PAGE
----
by Grant A. Mincy
Adaptive collaborative management (ACM) is a model of conflict resolution developed to resolve complex problems requiring collective action. Going beyond personal points of view, this management style implores science, politics and underlying interests to come together to confront conflict. ACM tries to develop resolutions to benefit all points of view. Though there are some very real challenges to achieving these resolutions, it has become increasingly clear that the challenges facing us in the 21st century will require collective action. These challenges will require differing ideologies to make difficult compromises to ensure our sustainability. ACM is an effective instrument in bringing competing interests together to make these difficult decisions. Adaptive collaboration is a more democratic approach to natural resource conflict resolution, as opposed to the traditional top down, bureaucratic approach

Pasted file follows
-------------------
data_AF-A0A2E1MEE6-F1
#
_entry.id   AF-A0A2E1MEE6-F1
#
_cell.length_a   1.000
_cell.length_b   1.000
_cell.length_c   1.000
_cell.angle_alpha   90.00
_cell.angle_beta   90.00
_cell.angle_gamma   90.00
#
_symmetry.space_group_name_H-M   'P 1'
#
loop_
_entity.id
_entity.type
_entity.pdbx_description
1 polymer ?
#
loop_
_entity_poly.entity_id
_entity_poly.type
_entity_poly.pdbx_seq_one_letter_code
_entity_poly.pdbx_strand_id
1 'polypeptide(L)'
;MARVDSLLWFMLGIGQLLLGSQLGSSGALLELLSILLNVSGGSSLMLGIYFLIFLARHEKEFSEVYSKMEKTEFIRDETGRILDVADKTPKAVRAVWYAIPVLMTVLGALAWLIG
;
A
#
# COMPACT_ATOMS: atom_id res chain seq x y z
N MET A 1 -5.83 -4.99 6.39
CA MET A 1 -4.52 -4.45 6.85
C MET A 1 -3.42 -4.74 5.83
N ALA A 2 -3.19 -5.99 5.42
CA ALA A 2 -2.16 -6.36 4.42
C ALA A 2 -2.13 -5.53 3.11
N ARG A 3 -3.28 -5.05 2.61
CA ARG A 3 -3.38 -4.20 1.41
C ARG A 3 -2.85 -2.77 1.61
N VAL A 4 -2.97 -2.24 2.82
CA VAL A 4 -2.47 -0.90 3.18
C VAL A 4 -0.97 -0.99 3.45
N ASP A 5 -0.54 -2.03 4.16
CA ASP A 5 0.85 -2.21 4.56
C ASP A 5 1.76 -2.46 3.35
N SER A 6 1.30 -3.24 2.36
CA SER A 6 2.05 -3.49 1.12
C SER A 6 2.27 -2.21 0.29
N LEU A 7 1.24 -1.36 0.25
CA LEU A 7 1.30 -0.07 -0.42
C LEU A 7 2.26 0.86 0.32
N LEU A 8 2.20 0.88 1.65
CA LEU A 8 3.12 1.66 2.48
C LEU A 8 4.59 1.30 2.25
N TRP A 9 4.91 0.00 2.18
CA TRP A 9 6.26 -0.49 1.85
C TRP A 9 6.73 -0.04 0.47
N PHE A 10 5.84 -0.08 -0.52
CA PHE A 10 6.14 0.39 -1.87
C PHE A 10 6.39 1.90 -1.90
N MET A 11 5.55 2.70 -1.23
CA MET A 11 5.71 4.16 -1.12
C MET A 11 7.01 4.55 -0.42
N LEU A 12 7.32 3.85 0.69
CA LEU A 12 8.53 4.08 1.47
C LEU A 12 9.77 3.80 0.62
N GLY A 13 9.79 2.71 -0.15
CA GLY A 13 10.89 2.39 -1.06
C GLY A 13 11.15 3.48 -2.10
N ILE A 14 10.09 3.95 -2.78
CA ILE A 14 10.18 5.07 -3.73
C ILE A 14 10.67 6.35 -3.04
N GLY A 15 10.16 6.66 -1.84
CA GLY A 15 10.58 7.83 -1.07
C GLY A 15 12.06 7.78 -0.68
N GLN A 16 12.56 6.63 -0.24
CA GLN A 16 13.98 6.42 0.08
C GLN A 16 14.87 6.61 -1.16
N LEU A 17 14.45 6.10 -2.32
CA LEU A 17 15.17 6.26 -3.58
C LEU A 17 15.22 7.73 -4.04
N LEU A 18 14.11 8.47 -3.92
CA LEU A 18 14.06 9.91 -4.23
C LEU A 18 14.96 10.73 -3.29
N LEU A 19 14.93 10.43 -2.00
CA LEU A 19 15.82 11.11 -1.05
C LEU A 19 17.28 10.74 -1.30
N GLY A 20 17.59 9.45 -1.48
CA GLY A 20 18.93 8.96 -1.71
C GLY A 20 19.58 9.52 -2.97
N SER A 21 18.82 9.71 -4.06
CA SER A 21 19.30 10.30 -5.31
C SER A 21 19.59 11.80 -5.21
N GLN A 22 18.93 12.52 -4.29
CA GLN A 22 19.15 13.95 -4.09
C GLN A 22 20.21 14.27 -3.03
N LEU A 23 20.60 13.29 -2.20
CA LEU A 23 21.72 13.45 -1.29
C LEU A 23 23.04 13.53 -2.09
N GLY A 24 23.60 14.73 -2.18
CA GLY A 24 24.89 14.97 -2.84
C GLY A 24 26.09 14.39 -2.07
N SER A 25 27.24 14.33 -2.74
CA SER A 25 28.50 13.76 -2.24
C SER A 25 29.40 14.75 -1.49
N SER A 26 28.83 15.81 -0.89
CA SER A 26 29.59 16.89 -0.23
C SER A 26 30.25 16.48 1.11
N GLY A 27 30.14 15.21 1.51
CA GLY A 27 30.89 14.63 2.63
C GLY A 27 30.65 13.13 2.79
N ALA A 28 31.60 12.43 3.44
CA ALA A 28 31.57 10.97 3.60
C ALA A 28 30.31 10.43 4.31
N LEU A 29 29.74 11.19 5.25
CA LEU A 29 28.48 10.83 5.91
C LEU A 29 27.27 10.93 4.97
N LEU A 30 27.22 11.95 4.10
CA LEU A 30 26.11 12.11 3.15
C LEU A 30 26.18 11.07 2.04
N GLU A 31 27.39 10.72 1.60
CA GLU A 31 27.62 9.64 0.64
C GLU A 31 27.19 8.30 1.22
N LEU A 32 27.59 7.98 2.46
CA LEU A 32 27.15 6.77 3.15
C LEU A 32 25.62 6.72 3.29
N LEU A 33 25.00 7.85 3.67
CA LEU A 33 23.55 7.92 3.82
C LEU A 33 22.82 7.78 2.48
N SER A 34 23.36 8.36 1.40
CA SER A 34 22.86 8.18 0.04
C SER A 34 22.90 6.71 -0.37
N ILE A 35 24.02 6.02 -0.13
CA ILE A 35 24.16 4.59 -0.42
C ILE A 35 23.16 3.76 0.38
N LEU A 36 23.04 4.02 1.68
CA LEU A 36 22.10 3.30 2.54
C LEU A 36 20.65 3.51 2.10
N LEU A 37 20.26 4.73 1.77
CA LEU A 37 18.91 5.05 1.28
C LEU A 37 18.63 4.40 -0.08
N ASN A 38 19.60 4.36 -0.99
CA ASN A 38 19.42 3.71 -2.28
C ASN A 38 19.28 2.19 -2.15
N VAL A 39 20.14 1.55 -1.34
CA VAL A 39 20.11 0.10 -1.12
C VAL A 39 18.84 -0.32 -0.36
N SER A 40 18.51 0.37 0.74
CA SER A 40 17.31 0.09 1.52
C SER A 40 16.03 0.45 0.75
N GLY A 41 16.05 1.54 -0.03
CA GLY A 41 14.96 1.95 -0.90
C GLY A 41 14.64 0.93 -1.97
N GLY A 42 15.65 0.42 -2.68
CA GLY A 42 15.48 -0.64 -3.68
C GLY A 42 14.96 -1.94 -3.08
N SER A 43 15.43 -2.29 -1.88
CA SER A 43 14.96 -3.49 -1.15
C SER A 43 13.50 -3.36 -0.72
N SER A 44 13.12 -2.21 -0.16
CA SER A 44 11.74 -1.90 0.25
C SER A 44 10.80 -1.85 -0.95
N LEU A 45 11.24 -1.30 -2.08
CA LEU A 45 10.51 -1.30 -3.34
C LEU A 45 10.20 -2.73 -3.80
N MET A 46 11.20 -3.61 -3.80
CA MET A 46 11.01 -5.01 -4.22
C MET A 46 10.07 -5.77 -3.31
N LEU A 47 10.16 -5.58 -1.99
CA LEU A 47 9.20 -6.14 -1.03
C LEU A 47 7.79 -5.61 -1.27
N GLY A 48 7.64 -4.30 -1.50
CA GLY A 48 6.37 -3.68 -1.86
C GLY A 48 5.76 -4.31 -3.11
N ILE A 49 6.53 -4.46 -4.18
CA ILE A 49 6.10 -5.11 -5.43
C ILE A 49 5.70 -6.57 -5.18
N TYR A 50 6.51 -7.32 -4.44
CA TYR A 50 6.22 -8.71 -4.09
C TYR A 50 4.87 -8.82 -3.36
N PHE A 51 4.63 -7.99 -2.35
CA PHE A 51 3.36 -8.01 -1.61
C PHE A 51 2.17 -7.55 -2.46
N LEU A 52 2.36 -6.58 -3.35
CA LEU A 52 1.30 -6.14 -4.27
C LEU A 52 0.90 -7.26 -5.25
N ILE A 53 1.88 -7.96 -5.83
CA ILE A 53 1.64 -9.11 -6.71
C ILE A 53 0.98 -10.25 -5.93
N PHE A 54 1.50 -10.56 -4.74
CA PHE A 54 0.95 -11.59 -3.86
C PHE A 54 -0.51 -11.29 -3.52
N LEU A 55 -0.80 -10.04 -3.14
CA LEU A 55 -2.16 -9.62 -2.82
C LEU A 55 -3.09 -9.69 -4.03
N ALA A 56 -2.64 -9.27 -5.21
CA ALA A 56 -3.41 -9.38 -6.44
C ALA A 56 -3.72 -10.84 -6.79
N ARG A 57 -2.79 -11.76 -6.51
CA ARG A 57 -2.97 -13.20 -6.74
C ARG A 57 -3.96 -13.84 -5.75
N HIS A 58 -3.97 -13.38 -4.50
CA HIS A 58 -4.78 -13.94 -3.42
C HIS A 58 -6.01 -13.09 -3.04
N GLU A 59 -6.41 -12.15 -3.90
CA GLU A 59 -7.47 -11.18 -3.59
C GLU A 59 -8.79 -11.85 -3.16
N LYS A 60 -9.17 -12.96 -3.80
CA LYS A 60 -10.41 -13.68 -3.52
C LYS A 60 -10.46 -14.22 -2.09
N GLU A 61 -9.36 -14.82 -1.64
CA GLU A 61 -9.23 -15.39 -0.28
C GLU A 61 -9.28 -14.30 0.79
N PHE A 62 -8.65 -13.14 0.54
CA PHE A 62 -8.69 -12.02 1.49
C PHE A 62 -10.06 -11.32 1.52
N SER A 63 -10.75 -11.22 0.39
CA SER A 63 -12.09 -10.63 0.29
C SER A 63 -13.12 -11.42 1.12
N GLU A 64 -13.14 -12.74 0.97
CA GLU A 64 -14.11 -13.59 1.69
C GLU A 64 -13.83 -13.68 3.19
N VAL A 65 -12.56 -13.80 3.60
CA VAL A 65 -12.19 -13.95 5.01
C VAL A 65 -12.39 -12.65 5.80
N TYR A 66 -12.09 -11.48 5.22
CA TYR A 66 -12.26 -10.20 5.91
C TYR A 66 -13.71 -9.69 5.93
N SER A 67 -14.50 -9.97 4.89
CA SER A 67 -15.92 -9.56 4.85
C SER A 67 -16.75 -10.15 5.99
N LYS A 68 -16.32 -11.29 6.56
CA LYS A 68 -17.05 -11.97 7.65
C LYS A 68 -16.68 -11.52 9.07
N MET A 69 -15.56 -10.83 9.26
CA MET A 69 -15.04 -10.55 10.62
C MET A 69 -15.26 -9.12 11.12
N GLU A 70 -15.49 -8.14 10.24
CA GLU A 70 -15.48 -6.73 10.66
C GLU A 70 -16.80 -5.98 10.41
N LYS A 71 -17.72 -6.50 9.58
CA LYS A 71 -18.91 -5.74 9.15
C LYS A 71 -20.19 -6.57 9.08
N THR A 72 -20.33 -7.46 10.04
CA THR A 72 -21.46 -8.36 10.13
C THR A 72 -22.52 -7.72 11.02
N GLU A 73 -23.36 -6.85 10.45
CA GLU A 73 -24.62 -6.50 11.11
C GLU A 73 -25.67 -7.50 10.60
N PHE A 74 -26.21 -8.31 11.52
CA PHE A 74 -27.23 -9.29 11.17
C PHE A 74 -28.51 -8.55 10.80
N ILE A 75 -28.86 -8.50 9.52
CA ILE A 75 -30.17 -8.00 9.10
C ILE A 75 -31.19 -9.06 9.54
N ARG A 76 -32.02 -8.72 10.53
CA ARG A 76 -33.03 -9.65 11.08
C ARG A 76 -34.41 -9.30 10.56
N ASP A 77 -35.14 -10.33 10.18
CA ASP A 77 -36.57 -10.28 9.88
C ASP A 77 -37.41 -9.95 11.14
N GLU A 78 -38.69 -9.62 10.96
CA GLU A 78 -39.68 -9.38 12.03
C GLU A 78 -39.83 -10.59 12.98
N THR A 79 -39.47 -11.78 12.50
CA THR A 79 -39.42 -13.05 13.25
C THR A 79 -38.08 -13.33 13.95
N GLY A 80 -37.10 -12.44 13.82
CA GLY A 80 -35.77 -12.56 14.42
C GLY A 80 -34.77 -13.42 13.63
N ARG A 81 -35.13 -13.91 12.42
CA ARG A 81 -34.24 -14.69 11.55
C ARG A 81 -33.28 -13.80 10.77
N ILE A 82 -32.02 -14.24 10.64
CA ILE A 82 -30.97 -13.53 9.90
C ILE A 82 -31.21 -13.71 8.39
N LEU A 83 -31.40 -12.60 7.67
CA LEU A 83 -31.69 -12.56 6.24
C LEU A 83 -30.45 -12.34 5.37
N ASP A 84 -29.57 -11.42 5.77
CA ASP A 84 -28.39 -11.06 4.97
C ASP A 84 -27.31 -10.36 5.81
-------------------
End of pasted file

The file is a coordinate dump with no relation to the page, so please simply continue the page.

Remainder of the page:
ACM can best be described by a simple model, composed of four levels. As practitioners follow the model, each level is designed to alleviate conflict and promote compromise among opposing sides of a conflict. The model is as follows: ACM first distinguishes what the conflict is about, followed by why the conflict exists, this then implores individuals to develop options for a plan of action, finally, establishes an action plan to potentially end the conflict. Determining what the conflict is about allows each party to voice their perspectives and concerns about the conflict. This allows all members of the ACM process to state their positions while allowing interests, motives and feelings to be heard by the entire group. The groundwork for collaboration is laid by discussing why the conflict exists. First, this process calls for focusing on the problem at hand while considering all underlying interests. This allows the participants to then examine and understand the emotional link to all involved, thus humanizing arguments. While examining different points of view, stakeholders may begin to find common ground. The model then shifts to a more progressive approach to resolve the conflict at hand.